Saturday, March 23, 2013

The Dark Side of Expat Life?

A couple of days ago in the International Herald Tribune, there was an article titled "The Dark Side of the Expat Life".   I was kind of shocked to read such a headline because in my 15 or 16 years of living outside the US, I have never realized there was a dark side to this life I have chosen.

The article says, "This dislocation — psychic as well as geographic — comes with inevitable lonelinesses, small and large…Expat life has a dark side: getting stuck in limbo, neither here nor there."  One expat from Seoul noted how "they have watched as peers back home married, had children, bought houses, advanced in their careers. Meanwhile, most of us here in Seoul find ourselves living Peter Pan-like existences. I’m entering middle age with nothing tangible to show for it.  Except wonderful, rich memories, sure. But the future looms."

This paints a very dreadful picture of the hardships of those of us who live abroad.  I'll tell you a secret…its no different than living anywhere else.  Yes, there are differences sometimes in culture or language, but in the grand scheme of things it is not always that different.

Maybe it is a matter of the glass being half empty or half full.  My cup runneth over.  If anything, we are incredibly fortunate to live this life.  I feel this way in Dubai and did in Turkey as well.  

Yes, we are further away from family, but you do not totally miss out on everything as the article suggests.  And as for the "watching your friends get married, have children, buy houses, get promotions"… many would do the same back home, and perhaps compare themselves even more.  Why compare?  Everyone's journey is different, no?

For sure if you do not like where you are, then move.  If you choose to stay, then embrace that.  It is well worth it.

I used to wonder what my son would think.  Where would he think he is from.  Will he be scarred for life? Confused? Not feel that he has a home?  That hasn't happened either.  The first time I asked him where he was from, his answer was "Istanbul, Texas".  That is something I never anticipated, but it is the best possible answer for a cross-cultural child that is growing up in neither of his parents' home countries.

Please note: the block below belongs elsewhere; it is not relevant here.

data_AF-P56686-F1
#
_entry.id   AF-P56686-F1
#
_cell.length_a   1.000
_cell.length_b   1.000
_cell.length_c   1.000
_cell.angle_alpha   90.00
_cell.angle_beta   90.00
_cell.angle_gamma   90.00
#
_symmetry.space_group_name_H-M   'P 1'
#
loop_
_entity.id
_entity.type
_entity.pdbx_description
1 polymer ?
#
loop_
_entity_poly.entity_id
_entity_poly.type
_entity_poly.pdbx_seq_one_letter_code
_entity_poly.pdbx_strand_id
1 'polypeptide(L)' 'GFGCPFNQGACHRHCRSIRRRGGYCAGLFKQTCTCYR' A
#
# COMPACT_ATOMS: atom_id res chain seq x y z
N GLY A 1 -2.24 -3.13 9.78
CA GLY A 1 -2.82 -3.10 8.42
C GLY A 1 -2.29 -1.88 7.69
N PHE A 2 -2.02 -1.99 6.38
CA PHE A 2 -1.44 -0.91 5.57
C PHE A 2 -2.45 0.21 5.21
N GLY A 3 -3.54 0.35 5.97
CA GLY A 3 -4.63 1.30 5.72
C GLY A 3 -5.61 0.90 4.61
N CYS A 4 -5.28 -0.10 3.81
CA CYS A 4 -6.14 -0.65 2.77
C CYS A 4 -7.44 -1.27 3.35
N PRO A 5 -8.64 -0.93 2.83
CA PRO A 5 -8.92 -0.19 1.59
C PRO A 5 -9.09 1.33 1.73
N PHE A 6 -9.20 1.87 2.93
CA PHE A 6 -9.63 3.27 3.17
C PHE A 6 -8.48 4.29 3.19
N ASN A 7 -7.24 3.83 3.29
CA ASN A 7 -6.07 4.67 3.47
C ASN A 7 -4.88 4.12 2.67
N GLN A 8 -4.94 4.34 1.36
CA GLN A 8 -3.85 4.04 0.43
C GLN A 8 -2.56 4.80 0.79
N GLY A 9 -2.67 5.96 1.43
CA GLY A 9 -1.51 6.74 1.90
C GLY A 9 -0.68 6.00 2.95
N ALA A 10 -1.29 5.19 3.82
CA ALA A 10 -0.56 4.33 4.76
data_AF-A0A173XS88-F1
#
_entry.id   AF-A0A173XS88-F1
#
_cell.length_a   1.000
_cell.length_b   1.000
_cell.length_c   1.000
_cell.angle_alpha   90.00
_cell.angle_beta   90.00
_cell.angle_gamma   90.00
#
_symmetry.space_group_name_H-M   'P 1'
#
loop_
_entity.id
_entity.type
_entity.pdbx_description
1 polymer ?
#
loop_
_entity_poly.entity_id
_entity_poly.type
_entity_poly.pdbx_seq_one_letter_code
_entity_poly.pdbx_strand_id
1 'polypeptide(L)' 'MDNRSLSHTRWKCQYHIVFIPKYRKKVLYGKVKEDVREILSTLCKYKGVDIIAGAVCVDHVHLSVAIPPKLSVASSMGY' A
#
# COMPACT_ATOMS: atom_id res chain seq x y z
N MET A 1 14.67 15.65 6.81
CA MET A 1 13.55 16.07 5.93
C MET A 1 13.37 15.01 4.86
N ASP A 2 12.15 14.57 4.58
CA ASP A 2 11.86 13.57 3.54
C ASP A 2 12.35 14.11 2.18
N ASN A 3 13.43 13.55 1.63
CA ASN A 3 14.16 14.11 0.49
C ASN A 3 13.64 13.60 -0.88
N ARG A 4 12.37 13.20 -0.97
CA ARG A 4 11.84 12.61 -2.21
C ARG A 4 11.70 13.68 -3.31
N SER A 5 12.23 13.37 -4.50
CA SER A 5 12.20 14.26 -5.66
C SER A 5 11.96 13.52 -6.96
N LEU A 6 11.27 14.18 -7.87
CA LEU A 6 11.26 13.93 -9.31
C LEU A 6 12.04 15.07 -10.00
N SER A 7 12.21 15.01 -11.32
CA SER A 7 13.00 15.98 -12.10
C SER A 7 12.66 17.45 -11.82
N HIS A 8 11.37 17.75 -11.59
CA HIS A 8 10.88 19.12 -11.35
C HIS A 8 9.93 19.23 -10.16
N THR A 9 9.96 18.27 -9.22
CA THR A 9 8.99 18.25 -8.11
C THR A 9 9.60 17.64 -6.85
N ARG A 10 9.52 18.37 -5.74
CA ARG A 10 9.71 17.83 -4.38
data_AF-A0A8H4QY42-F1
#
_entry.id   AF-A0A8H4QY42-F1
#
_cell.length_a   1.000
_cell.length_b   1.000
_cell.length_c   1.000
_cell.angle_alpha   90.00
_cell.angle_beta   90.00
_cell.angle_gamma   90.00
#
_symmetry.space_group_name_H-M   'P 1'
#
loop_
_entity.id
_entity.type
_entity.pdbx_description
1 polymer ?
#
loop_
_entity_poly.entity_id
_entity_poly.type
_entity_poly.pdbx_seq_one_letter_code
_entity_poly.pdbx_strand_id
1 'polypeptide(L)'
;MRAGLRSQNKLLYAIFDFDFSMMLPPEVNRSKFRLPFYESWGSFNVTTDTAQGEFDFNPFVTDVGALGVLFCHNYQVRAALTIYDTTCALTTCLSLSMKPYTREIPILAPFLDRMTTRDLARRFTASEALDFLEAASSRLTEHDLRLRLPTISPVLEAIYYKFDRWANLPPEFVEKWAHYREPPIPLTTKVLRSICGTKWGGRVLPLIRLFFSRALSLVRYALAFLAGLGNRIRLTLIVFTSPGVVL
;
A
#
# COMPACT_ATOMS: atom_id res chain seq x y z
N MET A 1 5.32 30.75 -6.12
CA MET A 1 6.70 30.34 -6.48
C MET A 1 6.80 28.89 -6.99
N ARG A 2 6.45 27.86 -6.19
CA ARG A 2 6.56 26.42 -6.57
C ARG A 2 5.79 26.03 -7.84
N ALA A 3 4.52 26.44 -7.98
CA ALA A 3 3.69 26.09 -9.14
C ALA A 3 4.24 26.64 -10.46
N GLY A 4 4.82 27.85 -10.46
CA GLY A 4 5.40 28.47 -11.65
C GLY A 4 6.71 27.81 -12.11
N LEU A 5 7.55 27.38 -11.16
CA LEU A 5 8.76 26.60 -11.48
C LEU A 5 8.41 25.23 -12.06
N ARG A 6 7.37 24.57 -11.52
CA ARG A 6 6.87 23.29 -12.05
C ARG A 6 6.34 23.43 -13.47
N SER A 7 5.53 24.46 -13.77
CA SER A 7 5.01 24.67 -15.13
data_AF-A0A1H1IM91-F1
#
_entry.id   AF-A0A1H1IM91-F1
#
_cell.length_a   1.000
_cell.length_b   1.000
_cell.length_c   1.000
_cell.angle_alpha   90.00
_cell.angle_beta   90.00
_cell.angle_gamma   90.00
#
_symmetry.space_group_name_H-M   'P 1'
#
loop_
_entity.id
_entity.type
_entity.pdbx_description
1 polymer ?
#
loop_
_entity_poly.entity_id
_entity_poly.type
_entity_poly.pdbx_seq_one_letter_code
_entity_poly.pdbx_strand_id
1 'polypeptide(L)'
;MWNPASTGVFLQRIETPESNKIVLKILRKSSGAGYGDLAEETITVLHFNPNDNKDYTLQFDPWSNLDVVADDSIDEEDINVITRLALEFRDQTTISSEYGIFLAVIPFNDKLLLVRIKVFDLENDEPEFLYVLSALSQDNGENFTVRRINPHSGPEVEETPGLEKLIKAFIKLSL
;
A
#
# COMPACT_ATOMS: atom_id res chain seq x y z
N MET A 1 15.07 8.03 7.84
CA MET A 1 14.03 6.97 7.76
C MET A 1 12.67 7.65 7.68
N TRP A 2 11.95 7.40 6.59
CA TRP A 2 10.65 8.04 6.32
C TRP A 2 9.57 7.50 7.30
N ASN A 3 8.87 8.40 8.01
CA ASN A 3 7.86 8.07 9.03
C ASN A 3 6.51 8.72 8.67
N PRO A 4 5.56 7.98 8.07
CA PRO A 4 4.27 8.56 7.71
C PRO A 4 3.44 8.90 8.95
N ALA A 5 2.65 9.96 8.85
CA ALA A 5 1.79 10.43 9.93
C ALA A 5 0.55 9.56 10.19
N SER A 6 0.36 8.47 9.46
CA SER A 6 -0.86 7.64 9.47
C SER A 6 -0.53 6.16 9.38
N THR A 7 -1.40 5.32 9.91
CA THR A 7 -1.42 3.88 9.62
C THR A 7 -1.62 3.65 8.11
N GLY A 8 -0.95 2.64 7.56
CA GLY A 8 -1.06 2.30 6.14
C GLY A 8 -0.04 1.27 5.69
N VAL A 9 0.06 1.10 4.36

Where is home?  Currently, it is Dubai.  Will that always be the case?  Probably not.  Where would we move next?  Who knows.  

Sometimes uncertainty is okay.  Embrace that and enjoy the ride.  You'll get there eventually.

White Storks migrating across the Dardanelles in Turkey.  They travel from Nothern Europe
as far as South Africa every year.

Wednesday, March 20, 2013

Burj Khalifa

As usual, its that time of year again... busy.  We are in the last days of "spring" in Dubai.  It is warming up here during the day.  Today I saw what I am sure will be the first of many car thermometers on Facebook - it was 40C.  I do not mind and will take it over snow and ice any day.

I haven't been taking many pictures for a few weeks, except the occasional screen shot at work!  I was going through some files and came across these from a visit to the top of the Burj Khalifa.

When they built it, it seemed to take forever for the windows to arrive.  It was rumored to be late.  However, after seeing it at different times of day, I think it was worth the wait.  It reflects color and light beautifully at all times of day.

Burj Khalifa towers over the "tall" buildings of Dubai

Burj Khalifa

Sunday, March 3, 2013

Zighy Bay

Musandam, Oman is part of Oman, but separated from the rest of the country geographically by the UAE.  It is the strategic tip of the penninsula at the Strait of Horumz.  Visited by many, it is easily accessible from the UAE - about a 1.5 hour drive from Dubai.  Although close, the landscape changes quickly as you head to Fujeriah to cross border and the Mountains of Hajar.  

Zighy Bay used to only be accessible by boat until the Six Senses came to town - well, there really wasn't much of a town there.  It was a very small fishing bay where locals still fish today.  

The resort is made with as much local material as possible.  The rooms for example, use local rocks, trees and other finds for everything from walls to lamps.  As much food as possible is grown locally.  This includes all salad ingredients from the organic garden on the property.  

We were there only two nights, so barely had the chance to unwind.  However, it did not take long to not want to leave our isolated ocean-front property.  

I think my son summed up our experience best as he wanted to move there from the first day.  The kids club had a certified teacher, so he had a well thought out plan.  There were many times he told me he did not want to leave - as we packed, as we got in the car, on the drive home, before he went to sleep when we got home.  I thought maybe he would come to terms with it by morning as there was no mention of it at breakfast before school.  However, as we walked from the car to school he said, "You know mommy, I really did not want to leave that place".... in all honesty, neither did I.

No cars - walking or biking only.

Zighy Bay's Organic Garden

A full moon by the sea